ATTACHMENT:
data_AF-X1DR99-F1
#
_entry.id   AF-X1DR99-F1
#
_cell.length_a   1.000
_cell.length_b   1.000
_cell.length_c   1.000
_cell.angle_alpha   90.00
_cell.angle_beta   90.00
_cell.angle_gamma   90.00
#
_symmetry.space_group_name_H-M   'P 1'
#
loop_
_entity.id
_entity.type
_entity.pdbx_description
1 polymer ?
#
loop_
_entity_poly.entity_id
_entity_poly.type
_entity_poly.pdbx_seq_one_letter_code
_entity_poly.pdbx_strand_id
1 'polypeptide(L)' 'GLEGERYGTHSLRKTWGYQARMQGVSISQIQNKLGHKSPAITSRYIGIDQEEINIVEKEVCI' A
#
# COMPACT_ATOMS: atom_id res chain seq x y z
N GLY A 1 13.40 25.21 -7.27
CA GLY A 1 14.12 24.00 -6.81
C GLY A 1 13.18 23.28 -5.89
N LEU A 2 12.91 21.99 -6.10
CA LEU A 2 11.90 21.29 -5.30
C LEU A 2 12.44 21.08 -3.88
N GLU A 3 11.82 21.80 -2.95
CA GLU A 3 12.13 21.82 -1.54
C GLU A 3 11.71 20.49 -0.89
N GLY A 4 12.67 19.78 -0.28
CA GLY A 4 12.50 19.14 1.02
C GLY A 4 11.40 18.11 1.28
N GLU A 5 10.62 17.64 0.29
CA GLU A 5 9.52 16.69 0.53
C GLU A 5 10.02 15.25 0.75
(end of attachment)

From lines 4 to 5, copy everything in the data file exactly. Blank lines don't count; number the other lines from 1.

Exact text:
#
_cell.length_a   1.000